It seemed like a clear-cut case of bait and switch.

A Queens community board recently accused the developer of the 5Pointz luxury towers in Long Island City of misrepresenting the project after he built an additional 112 units, 30 percent more than what he originally announced.

In a letter to the City Planning Commission dated July 29th, Community Board 2 chairperson Denise Keehan-Smith said the developer was seeking to “legalize the changes made to the building construction” and that he has “sought every way to thwart Community Board review.”

But according to a planning application submitted in May, the request does not have to do with the number of units as the community board's letter suggested and as was recently reported. Instead, G&M Realty, helmed by father and son developers Jerry and David Wolkoff, are currently seeking a “minor modification” which would allow for the changed position of certain street wall locations for the two luxury apartment towers at 22-44 Jackson Avenue.

The estimated $400-plus million project has already topped off and the units are basically completed, although not move-in ready, according to Jerry Wolkoff, who added that he and his development team informed the city about the additional units roughly a year ago. The project is receiving a 421-a tax exemption, which means 20 percent of the units will be below-market rate.

“It shouldn’t be a surprise," Wolkoff told Gothamist. "I believe they should award me. I’m doing something that costs me more but that satisfies the public that needs things like this.”

For the community board, the confusion may have arisen from what the developer said versus what the city actually approved. In 2013, the City Planning Commission signed off on a special permit that allowed for a total build out of 1.2 million square feet. During public hearings as well as in zoning applications, the developer said he planned to build "approximately 1,000 units." The special permit approval even notes that number in a section that gives background on the project.

But in special permit applications, dwelling unit counts are not within the scope of the Planning Commission's review, according to Joe Marvilli, a Department of City Planing spokesperson. He noted, however, that under the city's uniform land use review procedure (ULURP), the City Council has the authority to impose additional conditions, including the number of units.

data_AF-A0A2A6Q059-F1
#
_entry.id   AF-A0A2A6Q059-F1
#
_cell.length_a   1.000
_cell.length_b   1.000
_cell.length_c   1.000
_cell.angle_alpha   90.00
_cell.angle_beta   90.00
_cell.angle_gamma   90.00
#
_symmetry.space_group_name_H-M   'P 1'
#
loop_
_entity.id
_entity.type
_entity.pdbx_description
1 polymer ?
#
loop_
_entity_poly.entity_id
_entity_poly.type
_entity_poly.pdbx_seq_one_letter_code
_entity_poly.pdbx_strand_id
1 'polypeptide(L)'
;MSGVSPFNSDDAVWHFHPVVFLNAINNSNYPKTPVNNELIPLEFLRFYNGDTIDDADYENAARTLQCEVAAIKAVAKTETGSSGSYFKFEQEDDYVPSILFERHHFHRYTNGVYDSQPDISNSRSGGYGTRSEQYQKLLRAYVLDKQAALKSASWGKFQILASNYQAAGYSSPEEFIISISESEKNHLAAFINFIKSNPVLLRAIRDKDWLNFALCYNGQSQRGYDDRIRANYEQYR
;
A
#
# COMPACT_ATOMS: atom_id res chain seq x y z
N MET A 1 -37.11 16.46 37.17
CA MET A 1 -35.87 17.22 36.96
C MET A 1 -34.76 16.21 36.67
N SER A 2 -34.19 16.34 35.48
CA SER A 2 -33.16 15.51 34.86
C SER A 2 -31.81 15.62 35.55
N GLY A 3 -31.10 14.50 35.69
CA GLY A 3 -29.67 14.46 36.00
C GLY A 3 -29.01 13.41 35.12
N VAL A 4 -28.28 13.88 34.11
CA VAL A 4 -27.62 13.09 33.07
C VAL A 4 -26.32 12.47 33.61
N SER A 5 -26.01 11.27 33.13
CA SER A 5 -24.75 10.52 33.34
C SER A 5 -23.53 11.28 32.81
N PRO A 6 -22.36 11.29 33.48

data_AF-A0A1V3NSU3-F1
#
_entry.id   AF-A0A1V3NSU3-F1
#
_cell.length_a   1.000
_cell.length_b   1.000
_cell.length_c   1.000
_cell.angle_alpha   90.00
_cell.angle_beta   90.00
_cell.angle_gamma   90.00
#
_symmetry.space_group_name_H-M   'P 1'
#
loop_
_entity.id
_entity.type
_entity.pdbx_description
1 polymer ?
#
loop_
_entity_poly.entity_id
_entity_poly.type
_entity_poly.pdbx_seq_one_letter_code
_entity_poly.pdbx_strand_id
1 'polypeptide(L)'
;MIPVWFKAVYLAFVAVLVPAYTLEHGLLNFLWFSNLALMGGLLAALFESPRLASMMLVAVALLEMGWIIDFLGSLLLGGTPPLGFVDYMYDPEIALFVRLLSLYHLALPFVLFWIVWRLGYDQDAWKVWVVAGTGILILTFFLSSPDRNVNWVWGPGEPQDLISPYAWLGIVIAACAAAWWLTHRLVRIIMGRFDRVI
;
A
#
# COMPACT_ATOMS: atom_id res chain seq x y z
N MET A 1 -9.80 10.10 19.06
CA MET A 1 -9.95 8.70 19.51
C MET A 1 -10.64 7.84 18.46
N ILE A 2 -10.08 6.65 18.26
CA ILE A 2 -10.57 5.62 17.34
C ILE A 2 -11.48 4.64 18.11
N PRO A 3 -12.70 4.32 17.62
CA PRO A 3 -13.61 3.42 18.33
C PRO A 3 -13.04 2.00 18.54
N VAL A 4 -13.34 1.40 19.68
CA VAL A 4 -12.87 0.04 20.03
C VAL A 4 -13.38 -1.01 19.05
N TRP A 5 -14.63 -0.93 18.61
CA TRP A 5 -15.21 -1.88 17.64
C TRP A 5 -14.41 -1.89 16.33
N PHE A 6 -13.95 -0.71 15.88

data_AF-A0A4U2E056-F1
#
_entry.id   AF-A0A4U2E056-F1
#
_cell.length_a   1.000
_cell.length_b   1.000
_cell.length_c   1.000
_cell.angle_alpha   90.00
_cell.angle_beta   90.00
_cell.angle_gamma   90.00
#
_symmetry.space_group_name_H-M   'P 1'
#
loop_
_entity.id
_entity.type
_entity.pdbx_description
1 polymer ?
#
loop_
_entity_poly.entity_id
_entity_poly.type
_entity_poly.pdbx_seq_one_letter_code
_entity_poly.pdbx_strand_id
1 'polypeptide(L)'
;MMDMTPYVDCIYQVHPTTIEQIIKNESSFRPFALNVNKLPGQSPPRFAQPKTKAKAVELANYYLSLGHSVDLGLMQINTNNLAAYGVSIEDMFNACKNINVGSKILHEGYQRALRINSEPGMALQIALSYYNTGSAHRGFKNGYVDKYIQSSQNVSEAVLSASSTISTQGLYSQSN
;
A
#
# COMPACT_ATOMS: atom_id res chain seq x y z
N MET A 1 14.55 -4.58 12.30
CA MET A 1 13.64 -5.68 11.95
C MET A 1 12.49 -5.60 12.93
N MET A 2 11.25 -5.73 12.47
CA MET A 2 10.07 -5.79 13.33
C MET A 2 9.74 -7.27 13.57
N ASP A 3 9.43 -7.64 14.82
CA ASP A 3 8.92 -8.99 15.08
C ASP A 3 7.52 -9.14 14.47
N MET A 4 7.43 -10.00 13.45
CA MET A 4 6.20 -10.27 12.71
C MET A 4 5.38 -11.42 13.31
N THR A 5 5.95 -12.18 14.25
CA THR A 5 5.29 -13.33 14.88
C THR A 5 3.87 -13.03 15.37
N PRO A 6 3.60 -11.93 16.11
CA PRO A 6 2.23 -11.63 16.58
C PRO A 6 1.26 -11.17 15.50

However the Council did not do that with the 5Pointz application.

Wolkoff maintained that the size of the buildings has not changed. He said the development team had merely decided to eliminate some of the planned three-bedroom units to make way for more studio and one-bedroom units.

He likened the zoning process to determining the dimension of “a box,” and that the number of dwelling units were in fact flexible. City officials, he added, only “care that it’s going to fit within that box.”

The reason for the bump in units, he explained, was to accommodate the growing number of young professionals who are looking to live Long Island City because of its proximity to Manhattan. He argued that making the switch was to the city’s benefit.

According to Wolkoff, the community board was holding him to an unfair standard.

“I said 'approximately',” he said. “I didn’t know how many units I was going to do.”

Still, for some, the significant hike in units marks another betrayal by an opportunistic developer with a history of breaking the rules and public promises. The 5Pointz site was once an iconic complex of graffiti-laden factories. In 2017, as part of a landmark trial, a federal jury found the developer guilty of illegally destroying the work of 21 graffiti artists as part of a 2013 demolition. A judge later awarded the artists a $6.7 million settlement. Wolkoff has since appealed the decision.

In 2016, union workers erected an inflatable rat in protest at the construction site after they said Wolkoff reneged on his pledge to use 100 percent union labor for the project. Wolkoff told Gothamist he said he would "do my best" to hire all union construction workers.

More recently, The City reported last week that David Wolkoff and three members of Community Board 2, including Keehan-Smith, held a private meeting at a restaurant on July 16, an arrangement that many criticized for a lack of transparency.

Keehan-Smith, the community board chairperson, did not respond to a request for an interview.

Samuel Stein, an urban studies expert and the author of the book "Capital City: Gentrification and the Real Estate State,” said that from a planning standpoint, the current tensions at 5Pointz suggested that "the city [planning] department doesn't really do planning, they do permitting around private development."

He argued that both the number and size of units are important to know for city planning purposes. For example, a loss of three-bedrooms would suggest that families in the neighborhood would be underserved. "You’re basically guaranteeing that it’s high-income single people or couples without kids rather than larger households," he said.

"The city should have a stricter process for this," he added. "There's a difference between 1,000 and 1,100 in how this plays out. If all [developers] did this, that would have a pretty big impact."

UPDATE: The original headline inaccurately described the extra units as "luxury." The developer is using the 421-a tax program, which means 20 percent of the units will be below-market rate. The latest version also includes a new statement from Wolkoff, disputing that he ever promised to run an all-union construction site.